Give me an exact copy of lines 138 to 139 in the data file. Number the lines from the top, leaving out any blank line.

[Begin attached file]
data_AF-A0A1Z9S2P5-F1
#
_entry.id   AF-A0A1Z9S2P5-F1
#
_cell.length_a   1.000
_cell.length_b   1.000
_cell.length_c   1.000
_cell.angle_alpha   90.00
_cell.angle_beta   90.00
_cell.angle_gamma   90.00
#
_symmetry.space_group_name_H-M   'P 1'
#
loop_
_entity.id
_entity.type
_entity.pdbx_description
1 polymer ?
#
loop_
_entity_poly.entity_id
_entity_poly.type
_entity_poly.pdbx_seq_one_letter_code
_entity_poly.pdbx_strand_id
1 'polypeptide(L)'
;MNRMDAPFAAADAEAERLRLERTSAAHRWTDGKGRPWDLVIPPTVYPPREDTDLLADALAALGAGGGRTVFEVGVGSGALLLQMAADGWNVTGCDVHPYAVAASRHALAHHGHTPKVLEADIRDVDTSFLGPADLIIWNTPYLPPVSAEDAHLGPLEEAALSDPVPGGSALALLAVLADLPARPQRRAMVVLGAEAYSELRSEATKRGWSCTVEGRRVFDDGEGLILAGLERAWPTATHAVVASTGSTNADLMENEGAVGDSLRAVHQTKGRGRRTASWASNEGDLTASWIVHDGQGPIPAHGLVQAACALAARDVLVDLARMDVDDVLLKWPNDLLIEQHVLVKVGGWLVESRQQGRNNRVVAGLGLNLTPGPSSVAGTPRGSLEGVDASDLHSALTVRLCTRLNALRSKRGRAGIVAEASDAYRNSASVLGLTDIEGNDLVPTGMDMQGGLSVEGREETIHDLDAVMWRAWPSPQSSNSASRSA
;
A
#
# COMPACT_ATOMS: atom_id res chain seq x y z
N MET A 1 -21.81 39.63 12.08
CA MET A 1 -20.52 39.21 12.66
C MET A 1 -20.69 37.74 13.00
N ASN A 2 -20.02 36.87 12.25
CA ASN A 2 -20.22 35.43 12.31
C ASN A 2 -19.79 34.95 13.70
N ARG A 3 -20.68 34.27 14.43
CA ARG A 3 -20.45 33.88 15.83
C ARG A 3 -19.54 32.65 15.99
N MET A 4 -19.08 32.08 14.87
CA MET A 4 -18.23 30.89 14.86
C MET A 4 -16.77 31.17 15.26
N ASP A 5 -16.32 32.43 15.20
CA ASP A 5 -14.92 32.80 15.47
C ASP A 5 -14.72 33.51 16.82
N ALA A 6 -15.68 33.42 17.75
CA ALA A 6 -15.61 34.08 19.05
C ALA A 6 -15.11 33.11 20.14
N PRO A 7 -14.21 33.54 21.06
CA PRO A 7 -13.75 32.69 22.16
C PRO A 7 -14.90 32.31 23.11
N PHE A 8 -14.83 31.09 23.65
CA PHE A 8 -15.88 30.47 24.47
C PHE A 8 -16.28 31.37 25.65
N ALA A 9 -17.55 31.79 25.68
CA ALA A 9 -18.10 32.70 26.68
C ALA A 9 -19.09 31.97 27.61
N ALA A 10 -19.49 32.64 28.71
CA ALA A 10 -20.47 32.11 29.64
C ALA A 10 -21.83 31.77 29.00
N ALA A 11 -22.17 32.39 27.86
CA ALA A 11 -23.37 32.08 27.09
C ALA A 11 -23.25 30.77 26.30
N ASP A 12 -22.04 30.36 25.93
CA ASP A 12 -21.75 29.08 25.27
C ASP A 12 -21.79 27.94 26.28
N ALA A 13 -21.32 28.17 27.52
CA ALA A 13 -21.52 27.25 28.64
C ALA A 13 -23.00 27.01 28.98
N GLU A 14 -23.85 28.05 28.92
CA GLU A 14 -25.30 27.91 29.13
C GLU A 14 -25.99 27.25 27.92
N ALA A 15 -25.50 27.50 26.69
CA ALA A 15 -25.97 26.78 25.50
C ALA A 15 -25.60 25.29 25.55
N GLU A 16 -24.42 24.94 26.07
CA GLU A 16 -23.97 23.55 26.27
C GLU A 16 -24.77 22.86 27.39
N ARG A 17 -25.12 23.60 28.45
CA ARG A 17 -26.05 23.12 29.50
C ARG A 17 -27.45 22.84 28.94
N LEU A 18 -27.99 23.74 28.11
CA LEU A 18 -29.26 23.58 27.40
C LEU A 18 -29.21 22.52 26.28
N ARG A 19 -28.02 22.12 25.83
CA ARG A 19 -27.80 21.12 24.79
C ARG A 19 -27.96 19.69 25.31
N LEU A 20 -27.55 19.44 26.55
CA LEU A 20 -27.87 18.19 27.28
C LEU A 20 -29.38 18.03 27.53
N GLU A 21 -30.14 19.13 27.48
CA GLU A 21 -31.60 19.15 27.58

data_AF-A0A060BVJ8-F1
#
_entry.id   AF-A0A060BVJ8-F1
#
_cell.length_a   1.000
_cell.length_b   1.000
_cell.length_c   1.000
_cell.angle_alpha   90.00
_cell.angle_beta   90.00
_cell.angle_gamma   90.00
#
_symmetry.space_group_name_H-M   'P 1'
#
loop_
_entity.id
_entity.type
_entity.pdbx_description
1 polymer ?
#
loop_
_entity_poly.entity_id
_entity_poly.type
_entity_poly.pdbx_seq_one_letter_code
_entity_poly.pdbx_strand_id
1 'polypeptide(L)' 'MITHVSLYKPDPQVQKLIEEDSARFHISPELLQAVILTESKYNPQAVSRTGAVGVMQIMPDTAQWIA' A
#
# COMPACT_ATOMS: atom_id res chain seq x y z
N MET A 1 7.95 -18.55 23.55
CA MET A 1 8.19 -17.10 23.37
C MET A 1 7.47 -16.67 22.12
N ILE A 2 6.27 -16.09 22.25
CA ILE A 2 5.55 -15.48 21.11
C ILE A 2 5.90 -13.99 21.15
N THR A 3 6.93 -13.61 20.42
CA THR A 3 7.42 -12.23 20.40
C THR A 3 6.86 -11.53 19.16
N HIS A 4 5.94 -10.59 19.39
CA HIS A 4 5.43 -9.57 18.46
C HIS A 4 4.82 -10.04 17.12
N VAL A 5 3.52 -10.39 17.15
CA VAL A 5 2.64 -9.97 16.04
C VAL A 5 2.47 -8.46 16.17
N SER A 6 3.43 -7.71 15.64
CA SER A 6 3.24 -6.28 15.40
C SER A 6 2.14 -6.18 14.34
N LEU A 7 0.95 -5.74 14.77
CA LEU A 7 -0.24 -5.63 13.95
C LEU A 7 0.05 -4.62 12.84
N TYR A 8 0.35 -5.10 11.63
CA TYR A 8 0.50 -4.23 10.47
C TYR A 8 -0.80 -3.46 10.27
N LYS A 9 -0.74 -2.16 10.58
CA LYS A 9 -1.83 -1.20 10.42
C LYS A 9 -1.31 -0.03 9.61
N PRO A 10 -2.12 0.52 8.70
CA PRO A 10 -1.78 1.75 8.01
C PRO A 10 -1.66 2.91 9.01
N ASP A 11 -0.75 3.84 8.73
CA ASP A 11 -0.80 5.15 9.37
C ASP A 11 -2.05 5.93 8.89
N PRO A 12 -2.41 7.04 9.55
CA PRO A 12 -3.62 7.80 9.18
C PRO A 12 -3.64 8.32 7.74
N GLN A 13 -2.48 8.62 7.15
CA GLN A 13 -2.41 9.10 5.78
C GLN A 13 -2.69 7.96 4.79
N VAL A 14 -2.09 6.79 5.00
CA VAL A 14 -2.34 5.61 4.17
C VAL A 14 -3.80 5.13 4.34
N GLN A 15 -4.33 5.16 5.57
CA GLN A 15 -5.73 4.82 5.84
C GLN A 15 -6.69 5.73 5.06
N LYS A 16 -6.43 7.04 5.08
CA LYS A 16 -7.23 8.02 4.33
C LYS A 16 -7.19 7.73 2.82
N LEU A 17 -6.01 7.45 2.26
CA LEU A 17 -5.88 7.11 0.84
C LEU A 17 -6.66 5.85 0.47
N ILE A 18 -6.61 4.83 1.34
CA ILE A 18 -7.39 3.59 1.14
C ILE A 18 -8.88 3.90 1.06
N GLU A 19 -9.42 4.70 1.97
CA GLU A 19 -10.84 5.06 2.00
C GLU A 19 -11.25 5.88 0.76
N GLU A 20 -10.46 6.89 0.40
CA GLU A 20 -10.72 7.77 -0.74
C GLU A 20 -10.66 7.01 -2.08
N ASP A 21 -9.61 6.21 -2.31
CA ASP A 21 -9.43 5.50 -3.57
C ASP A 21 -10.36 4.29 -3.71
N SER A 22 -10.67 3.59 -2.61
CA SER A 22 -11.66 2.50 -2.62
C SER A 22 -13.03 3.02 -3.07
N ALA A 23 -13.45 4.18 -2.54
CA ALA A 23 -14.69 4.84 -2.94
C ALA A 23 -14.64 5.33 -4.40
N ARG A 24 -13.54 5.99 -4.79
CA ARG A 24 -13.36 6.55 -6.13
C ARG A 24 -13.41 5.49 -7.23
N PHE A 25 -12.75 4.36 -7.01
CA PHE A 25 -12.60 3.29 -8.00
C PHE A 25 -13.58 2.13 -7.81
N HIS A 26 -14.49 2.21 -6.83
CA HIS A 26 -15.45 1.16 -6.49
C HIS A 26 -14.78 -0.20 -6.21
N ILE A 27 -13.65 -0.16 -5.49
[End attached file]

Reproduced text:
N LEU A 7 0.95 -5.74 14.77
CA LEU A 7 -0.24 -5.63 13.95